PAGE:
Vanguard Group, the giant investment manager in Malvern, told employees who qualify for profit-sharing that their dividends will rise by 16.5 percent for 2017 when Vanguard gained $1 trillion in new customer assets and market gains.
That is the biggest change Vanguard has granted since the bull market year of 1997, writes Daniel Wiener, publisher of the Independent Adviser for Vanguard Investors newsletter in Brooklyn, who has an investment practice recommending Vanguard funds for clients.
For qualifying employees, profit-sharing dividends will be calculated at $248.45 per point for the past year, up from $213.26 in 2016.
Since Vanguard founder John Bogle started the plan in 1984, points have appreciated faster than the S&P 500, Wiener noted. He calculates Vanguard has raised the value of its partnership points to 72 times the initial level, compared to a 33-fold increase for the S&P 500.
So have many of the other companies Vanguard compares itself to, such as Amazon and Google, said Vanguard spokesman John Woerth.
Woerth said the plan pays out based on the company’s performance metrics over the past three years and enables employees “to share in the value that they create for our fund investors.”
The payout is based on Vanguard’s estimation of its funds investment performance compared to rival funds, its “client experience” as measured by the company, and its fees, which Woerth said averaged 0.11 percent of assets last year, down from 0.14 percent three years earlier.
Vanguard assets rose by nearly one-third, to $4.9 trillion from $3.4 trillion, during that period, boosting the company’s revenue to around to $5.4 billion, from around $4.8 billion three years earlier, despite the lower fees.
Wiener notes the plan normally pays out more each year, but has fallen modestly a few times, including an 0.7 percent decline in 2015.
Bosses and senior employees can receive most of their yearly compensation from payments tied to the partnership through formulas that consider their years of service.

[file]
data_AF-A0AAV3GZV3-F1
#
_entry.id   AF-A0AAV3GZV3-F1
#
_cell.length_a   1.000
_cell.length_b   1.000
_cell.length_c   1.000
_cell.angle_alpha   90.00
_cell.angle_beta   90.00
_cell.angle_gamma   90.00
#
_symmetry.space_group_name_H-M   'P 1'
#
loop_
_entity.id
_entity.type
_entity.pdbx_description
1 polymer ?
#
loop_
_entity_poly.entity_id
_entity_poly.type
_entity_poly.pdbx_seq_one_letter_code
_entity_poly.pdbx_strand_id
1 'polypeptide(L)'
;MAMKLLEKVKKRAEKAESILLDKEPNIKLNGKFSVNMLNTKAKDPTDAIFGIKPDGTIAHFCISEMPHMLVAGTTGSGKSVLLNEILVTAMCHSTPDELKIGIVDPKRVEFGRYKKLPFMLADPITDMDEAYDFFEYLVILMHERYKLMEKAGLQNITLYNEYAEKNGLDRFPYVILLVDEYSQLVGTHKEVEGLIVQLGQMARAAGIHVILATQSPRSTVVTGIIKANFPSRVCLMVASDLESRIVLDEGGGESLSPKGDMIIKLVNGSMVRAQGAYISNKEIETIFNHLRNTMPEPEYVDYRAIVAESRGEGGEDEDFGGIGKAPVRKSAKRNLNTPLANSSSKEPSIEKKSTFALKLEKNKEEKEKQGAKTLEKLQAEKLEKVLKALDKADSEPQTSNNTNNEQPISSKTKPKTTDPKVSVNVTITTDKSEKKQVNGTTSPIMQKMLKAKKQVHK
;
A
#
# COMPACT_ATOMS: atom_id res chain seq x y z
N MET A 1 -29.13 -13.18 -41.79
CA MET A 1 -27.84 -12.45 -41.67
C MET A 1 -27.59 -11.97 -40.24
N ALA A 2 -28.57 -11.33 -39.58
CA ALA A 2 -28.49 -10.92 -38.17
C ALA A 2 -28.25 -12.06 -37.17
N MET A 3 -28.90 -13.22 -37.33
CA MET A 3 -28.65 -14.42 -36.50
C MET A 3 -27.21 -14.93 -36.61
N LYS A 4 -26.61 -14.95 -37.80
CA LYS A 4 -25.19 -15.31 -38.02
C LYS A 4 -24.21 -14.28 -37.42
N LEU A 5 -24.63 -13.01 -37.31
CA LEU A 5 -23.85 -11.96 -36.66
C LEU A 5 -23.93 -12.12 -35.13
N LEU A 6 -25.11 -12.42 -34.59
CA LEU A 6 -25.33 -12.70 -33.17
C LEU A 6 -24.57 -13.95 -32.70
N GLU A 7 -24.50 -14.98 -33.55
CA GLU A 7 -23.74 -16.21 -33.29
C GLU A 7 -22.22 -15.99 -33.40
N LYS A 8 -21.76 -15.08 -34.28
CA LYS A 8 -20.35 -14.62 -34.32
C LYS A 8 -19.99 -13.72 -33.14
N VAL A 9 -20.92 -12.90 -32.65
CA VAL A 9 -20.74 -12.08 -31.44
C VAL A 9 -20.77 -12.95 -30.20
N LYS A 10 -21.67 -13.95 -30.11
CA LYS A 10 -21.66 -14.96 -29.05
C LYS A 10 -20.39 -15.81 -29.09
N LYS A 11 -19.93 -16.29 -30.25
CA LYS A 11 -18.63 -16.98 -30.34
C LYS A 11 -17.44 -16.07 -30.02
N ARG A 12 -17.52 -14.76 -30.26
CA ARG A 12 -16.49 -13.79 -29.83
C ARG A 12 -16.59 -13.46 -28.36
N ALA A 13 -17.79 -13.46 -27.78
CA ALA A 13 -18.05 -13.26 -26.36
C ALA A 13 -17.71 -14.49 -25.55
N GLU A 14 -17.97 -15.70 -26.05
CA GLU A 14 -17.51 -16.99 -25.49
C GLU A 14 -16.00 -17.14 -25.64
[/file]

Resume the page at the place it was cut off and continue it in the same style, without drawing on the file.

Bloomberg LP has estimated that top Vanguard officials, like chief executive Mortimer “Tim” Buckley, are paid in the tens of millions of dollars a year. Vanguard doesn’t disclose executive pay but says it is competitive for the money management industry.
“It may not be hedge fund money, but for a low-cost indexing shop it ain’t peanuts, either,” Wiener says, noting that most Vanguard customers own “passive” investment funds based on the Standard & Poor’s 500 and other securities indexes, which are relatively cheap to manage.
“The company is exceedingly profitable, and hence has the ability to pay its captains millions of dollars every year,” Wiener concluded. “Indexing may have made some investors wealthy over the three decades the Partnership Plan has been around. But it is the successful marketing and running of index funds that really contributes to the bank accounts of Vanguard’s executive team.”
This week, Vanguard employees also learned that the S&P 500 index fund, one of the low-cost examples of passive investing that put the firm on the investing map, will be dropped this month from the mutual fund giant’s menu of options for its employees’ 401(k) plans. The choice of funds dropped from 28 to 16, if all the Target Date Retirement funds are counted as one option.
The company is also planning to build a new data center but has not said whether it will be at its Malvern headquarters or out of state.